Campaign Monitor support is email-only on the 'Basic' and 'Unlimited' plans - you can get phone support too, but you'll have to be on a pay-through-the nose 'Premier' plan to avail of it. My experience of their support team's responses to queries has been good, but the general situation compares negatively with other providers - Getresponse and Aweber, for example, both provide a wider range of support options, including live chat and phone on all plans.

Conclusions / pros and cons of using Campaign Monitor

For me, Campaign Monitor's main strength lies in the quality, flexibility and robustness of its templates. They are beautiful and in my experience never fail to display accurately in all email clients. It's also an extremely easy product to use by comparison to some competing products. The marketing automation features are also very robust and easy to use.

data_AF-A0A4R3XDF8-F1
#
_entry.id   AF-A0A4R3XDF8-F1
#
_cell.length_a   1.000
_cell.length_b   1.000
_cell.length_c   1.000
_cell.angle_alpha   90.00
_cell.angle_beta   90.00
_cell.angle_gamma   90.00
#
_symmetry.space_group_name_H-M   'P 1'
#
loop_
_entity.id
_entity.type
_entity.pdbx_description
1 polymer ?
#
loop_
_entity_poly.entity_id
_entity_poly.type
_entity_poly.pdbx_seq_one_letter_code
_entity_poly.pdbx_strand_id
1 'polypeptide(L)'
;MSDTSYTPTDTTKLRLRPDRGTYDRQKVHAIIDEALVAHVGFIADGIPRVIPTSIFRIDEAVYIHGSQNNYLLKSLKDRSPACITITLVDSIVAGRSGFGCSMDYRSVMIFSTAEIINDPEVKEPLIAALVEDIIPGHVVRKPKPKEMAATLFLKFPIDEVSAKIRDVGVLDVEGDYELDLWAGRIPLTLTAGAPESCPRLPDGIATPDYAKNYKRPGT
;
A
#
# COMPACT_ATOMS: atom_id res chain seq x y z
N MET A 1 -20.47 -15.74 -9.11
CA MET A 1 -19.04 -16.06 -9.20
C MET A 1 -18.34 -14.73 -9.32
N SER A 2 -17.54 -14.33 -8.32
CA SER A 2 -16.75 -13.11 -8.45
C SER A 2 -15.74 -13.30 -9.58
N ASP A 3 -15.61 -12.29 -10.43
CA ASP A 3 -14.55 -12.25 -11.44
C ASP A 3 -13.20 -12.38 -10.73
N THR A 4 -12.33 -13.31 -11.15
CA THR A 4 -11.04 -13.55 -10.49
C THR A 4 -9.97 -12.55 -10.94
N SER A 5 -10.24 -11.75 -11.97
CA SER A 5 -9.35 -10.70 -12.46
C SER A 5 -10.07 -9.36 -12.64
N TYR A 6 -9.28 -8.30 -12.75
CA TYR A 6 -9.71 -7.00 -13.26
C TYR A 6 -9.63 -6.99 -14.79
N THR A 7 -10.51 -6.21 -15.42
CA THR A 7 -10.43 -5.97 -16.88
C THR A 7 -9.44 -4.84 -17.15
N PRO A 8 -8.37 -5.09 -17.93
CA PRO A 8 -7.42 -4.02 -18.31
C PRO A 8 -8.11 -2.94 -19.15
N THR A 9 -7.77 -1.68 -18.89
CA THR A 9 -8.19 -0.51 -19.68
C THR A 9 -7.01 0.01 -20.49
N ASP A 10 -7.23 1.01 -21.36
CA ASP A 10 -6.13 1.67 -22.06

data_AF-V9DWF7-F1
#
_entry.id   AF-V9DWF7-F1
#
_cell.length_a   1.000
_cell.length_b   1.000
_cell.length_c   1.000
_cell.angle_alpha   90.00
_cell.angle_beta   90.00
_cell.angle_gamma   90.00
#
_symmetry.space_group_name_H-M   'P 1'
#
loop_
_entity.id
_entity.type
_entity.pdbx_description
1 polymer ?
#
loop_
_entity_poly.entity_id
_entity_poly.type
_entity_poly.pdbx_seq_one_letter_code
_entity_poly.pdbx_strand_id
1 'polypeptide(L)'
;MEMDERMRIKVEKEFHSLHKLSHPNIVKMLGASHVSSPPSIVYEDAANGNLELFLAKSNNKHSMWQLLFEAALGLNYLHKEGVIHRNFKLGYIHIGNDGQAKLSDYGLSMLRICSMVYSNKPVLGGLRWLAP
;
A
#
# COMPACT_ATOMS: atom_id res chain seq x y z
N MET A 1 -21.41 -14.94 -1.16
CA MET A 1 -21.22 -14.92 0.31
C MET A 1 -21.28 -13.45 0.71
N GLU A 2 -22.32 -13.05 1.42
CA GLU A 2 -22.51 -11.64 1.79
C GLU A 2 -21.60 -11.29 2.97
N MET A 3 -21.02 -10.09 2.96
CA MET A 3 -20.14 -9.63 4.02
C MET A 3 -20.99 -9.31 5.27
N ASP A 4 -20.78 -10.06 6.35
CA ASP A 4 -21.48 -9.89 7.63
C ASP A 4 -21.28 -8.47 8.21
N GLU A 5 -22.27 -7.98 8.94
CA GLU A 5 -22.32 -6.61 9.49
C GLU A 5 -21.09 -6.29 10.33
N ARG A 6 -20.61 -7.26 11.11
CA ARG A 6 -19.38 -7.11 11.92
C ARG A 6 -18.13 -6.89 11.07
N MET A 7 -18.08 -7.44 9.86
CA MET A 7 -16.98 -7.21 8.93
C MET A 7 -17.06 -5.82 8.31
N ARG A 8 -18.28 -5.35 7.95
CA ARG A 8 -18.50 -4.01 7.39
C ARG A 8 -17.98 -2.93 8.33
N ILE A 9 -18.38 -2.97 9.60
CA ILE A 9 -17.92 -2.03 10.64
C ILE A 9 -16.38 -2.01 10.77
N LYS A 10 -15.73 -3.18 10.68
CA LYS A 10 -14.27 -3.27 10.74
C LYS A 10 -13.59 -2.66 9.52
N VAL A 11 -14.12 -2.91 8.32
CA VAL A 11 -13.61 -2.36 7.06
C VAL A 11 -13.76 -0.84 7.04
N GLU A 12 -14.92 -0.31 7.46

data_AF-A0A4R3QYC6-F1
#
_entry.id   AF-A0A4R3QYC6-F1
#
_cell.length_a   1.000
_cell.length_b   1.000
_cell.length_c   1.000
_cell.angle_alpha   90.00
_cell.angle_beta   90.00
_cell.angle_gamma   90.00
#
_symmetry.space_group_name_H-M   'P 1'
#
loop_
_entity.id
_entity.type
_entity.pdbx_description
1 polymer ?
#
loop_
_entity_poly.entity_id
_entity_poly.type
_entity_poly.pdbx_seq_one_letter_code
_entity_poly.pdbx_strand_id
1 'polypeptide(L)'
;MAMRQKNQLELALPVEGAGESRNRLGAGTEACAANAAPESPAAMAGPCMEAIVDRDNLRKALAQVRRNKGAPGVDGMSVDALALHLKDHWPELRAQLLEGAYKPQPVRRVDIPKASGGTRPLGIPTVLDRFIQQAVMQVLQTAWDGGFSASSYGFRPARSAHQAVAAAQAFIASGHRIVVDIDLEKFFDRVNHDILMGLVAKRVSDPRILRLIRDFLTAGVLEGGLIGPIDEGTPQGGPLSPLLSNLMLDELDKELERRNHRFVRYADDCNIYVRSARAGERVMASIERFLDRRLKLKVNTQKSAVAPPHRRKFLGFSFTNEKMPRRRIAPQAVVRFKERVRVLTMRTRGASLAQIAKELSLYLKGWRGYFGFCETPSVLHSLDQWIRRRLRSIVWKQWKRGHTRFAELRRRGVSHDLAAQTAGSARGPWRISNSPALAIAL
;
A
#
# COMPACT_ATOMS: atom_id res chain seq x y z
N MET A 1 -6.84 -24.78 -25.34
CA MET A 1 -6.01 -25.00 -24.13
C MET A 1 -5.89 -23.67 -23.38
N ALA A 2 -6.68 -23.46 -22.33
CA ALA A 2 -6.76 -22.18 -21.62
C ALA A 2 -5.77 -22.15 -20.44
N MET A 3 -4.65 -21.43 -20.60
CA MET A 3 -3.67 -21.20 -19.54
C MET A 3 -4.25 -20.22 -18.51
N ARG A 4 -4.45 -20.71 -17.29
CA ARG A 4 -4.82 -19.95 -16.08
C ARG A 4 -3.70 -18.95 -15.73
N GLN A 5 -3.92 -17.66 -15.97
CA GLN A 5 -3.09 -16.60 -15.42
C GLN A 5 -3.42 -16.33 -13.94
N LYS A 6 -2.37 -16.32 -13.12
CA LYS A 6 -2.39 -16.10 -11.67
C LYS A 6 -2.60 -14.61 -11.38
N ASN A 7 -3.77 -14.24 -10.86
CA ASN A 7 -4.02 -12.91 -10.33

As such Campaign Monitor represents a good option for businesses who are keen to ensure their brand is always faithfully reflected in their e-newsletters, and those who don't have too many in-house technical skills.

But with so many competing products out there which cost so much less to use, you have to ask yourself if these advantages are enough to justify a some very high fees. If price were not an issue I'd probably consider Campaign Monitor as one of the go-to e-marketing tools available, particularly when looking for high-quality templates...but until the product is more reasonably price I'd recommend using an alternative (see below for some suggestions).

These are the main pros and cons of using Campaign Monitor:

Pros of using Campaign Monitor

  • Its interface is excellent and extremely easy to use.
  • The templates are beautiful and robust - and faithfully reproduced in all major email clients.